As much as any story has an exact beginning, here is where the hitchhiking part of my story starts.
Desert Desserts I concluded from conferring with my AAA map, consulting with the bus station ticket counter clerk in Albuquerque, and deliberating with the Greyhound driver upon boarding his bus bound for LA, that in order to get to Alpine, Arizona, I would have to be dropped off on Interstate 40 at its western junction with US Route 666 in the town of Sanders, Arizona.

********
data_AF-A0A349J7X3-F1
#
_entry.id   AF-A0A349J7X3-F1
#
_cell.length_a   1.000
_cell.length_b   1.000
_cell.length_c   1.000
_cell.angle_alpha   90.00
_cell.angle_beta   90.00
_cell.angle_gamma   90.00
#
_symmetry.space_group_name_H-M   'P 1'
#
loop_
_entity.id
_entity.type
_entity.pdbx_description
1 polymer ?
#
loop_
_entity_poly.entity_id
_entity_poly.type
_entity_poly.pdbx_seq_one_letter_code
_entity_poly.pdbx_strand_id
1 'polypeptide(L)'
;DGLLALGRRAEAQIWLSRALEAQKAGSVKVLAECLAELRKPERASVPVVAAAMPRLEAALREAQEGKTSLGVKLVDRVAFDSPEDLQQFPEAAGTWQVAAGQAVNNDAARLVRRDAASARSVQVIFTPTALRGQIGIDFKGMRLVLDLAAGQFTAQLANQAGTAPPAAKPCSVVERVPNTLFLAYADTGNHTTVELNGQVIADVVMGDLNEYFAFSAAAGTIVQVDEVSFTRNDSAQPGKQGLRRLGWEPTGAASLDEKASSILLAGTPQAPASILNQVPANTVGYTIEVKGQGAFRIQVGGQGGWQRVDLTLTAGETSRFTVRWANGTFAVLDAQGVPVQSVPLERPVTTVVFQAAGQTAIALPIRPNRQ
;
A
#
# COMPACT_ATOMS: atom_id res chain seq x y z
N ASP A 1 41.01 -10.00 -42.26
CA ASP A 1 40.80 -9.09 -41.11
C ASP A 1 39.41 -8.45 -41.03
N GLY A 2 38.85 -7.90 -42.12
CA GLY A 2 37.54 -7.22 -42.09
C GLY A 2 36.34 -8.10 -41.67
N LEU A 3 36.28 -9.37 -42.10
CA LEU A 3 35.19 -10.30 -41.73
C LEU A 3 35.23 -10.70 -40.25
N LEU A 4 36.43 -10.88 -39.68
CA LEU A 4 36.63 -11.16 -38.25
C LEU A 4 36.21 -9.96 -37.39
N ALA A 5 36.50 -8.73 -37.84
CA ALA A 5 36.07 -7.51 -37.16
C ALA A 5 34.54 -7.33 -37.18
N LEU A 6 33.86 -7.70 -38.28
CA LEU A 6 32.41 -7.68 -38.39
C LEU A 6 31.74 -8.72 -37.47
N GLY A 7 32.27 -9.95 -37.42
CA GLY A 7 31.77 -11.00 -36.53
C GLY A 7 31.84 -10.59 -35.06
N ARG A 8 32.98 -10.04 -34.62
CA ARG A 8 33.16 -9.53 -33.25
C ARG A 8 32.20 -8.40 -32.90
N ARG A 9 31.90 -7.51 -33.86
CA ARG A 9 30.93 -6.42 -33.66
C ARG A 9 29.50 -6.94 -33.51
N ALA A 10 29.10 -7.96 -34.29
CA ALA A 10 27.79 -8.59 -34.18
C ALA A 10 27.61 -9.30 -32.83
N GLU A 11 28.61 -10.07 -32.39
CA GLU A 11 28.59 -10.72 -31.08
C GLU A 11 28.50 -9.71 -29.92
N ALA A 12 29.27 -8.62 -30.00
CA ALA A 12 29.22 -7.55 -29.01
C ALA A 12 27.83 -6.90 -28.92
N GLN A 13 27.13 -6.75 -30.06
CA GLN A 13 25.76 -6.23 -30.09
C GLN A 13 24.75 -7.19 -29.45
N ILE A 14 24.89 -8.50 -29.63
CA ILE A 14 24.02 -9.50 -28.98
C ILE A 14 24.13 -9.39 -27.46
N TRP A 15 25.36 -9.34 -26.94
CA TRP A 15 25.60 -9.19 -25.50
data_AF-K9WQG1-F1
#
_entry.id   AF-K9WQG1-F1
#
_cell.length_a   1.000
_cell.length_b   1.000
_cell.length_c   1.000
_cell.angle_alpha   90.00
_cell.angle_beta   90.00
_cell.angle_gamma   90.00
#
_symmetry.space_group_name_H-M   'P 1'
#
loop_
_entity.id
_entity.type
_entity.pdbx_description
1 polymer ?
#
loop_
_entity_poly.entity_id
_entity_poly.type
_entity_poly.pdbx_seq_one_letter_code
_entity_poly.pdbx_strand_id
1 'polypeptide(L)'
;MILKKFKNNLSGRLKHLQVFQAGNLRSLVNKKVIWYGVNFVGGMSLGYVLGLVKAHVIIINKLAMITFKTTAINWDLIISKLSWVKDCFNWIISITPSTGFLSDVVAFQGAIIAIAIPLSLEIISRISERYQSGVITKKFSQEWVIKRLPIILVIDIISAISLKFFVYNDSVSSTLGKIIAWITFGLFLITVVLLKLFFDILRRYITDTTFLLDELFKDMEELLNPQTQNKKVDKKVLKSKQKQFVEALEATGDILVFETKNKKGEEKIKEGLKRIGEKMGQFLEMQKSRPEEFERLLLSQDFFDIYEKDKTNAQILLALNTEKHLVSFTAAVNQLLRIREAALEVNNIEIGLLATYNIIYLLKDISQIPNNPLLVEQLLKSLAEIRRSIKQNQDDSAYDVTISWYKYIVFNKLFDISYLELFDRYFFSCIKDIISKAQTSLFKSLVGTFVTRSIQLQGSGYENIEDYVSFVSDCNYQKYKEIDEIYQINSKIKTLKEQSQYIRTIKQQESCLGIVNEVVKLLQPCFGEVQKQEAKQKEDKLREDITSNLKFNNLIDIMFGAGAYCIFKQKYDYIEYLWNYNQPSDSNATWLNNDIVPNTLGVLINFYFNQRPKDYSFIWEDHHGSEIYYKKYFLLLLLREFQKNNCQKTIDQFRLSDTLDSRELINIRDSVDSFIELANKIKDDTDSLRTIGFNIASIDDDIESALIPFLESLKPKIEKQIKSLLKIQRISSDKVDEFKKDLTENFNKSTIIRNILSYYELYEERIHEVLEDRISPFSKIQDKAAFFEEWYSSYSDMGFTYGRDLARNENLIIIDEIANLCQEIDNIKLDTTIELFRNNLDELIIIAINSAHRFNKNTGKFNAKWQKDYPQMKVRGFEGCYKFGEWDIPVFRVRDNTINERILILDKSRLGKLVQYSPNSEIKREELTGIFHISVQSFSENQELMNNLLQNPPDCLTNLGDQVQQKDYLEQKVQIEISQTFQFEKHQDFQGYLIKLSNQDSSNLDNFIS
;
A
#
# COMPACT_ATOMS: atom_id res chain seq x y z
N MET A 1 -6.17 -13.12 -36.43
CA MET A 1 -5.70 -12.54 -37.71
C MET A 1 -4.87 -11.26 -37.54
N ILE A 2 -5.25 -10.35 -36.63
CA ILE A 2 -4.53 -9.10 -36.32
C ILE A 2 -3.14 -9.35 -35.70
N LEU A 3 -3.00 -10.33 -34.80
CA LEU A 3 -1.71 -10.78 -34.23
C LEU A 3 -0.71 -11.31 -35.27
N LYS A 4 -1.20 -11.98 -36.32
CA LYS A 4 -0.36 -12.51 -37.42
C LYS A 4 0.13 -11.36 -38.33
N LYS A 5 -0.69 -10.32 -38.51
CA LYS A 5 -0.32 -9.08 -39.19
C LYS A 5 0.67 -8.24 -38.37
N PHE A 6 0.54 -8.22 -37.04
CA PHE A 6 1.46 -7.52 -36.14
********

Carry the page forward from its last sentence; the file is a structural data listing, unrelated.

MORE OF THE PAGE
I did not intend to take lightly the task of contending with making it through the 100-plus miles under mid-August, southwestern midday sun. The desert was a mysterious land of myth and rural legend to a New York City city boy; a dry and forbidding place. It was sparingly mentioned in the Boy Scout Handbook along with the prickly pear cactus, which it classified as an edible plant–flora as alien to me at the time as I was in the land in which it flourished. But, if nothing else, my years of scout training made me realistic enough to take a stab at being prepared for the plausibility of being stranded many miles from anywhere and anyone. And my many more years of watching westerns on TV had planted visions of snake-necked, sharp-beaked buzzards circling above and buzzard-necked, sharp-fanged rattlers coiled below as a lone traveler hiked and then stumbled and then tripped and then fell and then crawled on all-fours past sage brush and over sand dunes and by sun-bleached longhorn skulls, finally gasping for breath and rasping for “...water...water.....water........” before collapsing prostrate in the dust. Such images caused me to stop at a grocery store in Albuquerque on the way to the Greyhound station for packs of salted nuts, sticks of beef jerky, bars of chocolate, and a couple of navel oranges. I cannot say whether these provisions, which I had stuffed into the pouches of my pack along with a canteen filled with water from the bus station water fountain--there was no bottled water back then--would have sufficed in a pinch if I had gotten stranded somewhere out on panorama of Arizona. But I felt at the time that this cache would hold me through the worst of whatever may challenge me "out there"--at least through the first couple of nights and days. After all, I could always eat parts of the prickly pear.